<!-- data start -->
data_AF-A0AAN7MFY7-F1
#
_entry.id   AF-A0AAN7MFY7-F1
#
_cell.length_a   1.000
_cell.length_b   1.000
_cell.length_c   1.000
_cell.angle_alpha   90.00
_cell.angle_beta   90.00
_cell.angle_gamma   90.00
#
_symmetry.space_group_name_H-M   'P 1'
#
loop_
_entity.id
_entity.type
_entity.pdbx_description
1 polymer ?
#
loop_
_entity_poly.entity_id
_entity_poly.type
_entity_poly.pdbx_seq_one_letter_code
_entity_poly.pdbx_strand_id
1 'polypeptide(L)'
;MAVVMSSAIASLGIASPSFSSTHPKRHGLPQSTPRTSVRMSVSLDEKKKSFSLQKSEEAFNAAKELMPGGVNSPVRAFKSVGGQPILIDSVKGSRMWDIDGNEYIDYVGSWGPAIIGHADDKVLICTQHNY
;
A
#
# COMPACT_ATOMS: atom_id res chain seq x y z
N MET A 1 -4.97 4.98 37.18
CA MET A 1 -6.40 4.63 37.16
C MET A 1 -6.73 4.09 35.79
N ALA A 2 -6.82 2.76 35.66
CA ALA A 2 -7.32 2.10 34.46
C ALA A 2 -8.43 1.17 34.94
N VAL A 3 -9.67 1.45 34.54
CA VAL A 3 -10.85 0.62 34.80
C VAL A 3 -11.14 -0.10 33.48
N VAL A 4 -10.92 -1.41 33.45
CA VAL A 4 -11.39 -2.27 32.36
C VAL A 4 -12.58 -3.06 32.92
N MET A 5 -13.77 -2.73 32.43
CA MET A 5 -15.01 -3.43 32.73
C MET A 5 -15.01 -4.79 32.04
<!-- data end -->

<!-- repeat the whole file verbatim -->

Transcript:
data_AF-A0AAN7MFY7-F1
#
_entry.id   AF-A0AAN7MFY7-F1
#
_cell.length_a   1.000
_cell.length_b   1.000
_cell.length_c   1.000
_cell.angle_alpha   90.00
_cell.angle_beta   90.00
_cell.angle_gamma   90.00
#
_symmetry.space_group_name_H-M   'P 1'
#
loop_
_entity.id
_entity.type
_entity.pdbx_description
1 polymer ?
#
loop_
_entity_poly.entity_id
_entity_poly.type
_entity_poly.pdbx_seq_one_letter_code
_entity_poly.pdbx_strand_id
1 'polypeptide(L)'
;MAVVMSSAIASLGIASPSFSSTHPKRHGLPQSTPRTSVRMSVSLDEKKKSFSLQKSEEAFNAAKELMPGGVNSPVRAFKSVGGQPILIDSVKGSRMWDIDGNEYIDYVGSWGPAIIGHADDKVLICTQHNY
;
A
#
# COMPACT_ATOMS: atom_id res chain seq x y z
N MET A 1 -4.97 4.98 37.18
CA MET A 1 -6.40 4.63 37.16
C MET A 1 -6.73 4.09 35.79
N ALA A 2 -6.82 2.76 35.66
CA ALA A 2 -7.32 2.10 34.46
C ALA A 2 -8.43 1.17 34.94
N VAL A 3 -9.67 1.45 34.54
CA VAL A 3 -10.85 0.62 34.80
C VAL A 3 -11.14 -0.10 33.48
N VAL A 4 -10.92 -1.41 33.45
CA VAL A 4 -11.39 -2.27 32.36
C VAL A 4 -12.58 -3.06 32.92
N MET A 5 -13.77 -2.73 32.43
CA MET A 5 -15.01 -3.43 32.73
C MET A 5 -15.01 -4.79 32.04